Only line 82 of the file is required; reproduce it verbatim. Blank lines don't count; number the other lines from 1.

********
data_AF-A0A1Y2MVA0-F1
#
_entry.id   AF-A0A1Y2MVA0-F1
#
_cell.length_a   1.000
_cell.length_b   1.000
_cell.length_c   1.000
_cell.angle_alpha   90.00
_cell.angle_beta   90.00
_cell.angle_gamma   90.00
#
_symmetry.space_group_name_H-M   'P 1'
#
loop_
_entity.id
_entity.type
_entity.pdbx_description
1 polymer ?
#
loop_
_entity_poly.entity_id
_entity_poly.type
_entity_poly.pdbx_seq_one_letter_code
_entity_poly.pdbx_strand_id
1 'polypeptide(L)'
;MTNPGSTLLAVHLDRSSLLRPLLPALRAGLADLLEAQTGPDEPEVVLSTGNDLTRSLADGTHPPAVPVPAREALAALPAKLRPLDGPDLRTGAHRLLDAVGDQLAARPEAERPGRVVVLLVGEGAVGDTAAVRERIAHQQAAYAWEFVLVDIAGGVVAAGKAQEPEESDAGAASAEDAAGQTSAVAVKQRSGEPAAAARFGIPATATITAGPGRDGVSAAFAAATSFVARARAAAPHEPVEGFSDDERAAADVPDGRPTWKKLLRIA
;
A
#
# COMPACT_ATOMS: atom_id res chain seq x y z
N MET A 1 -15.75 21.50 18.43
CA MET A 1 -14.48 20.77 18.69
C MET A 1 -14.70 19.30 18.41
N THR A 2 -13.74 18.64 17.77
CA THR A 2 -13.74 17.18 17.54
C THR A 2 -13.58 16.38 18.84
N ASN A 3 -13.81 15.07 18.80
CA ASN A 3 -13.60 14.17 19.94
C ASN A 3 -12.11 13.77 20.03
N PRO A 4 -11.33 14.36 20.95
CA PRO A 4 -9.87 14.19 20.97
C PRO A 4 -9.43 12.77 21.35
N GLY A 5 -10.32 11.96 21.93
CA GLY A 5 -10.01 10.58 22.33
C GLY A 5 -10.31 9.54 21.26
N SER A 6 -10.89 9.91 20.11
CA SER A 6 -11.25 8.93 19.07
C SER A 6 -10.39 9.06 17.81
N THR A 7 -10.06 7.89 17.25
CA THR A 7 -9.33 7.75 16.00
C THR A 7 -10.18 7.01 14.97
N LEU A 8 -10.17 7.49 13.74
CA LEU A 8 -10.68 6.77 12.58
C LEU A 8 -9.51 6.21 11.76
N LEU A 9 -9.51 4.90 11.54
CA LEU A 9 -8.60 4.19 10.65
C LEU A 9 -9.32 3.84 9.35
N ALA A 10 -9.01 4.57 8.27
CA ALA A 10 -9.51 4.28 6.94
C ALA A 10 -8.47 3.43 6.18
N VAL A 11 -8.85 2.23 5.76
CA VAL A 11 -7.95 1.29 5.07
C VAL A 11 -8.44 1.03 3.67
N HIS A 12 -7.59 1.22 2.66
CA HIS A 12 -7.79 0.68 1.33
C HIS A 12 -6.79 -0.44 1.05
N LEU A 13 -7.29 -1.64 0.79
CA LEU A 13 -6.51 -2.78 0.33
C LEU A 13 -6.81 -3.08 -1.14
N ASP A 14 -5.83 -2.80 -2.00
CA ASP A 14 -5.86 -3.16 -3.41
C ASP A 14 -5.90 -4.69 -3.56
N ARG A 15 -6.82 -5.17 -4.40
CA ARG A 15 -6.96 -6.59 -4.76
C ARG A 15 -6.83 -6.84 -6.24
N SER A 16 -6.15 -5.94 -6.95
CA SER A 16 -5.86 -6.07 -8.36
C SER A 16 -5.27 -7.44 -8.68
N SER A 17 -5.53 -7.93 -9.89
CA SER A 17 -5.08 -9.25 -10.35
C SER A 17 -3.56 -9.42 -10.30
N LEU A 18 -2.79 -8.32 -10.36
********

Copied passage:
N LEU A 18 -2.79 -8.32 -10.36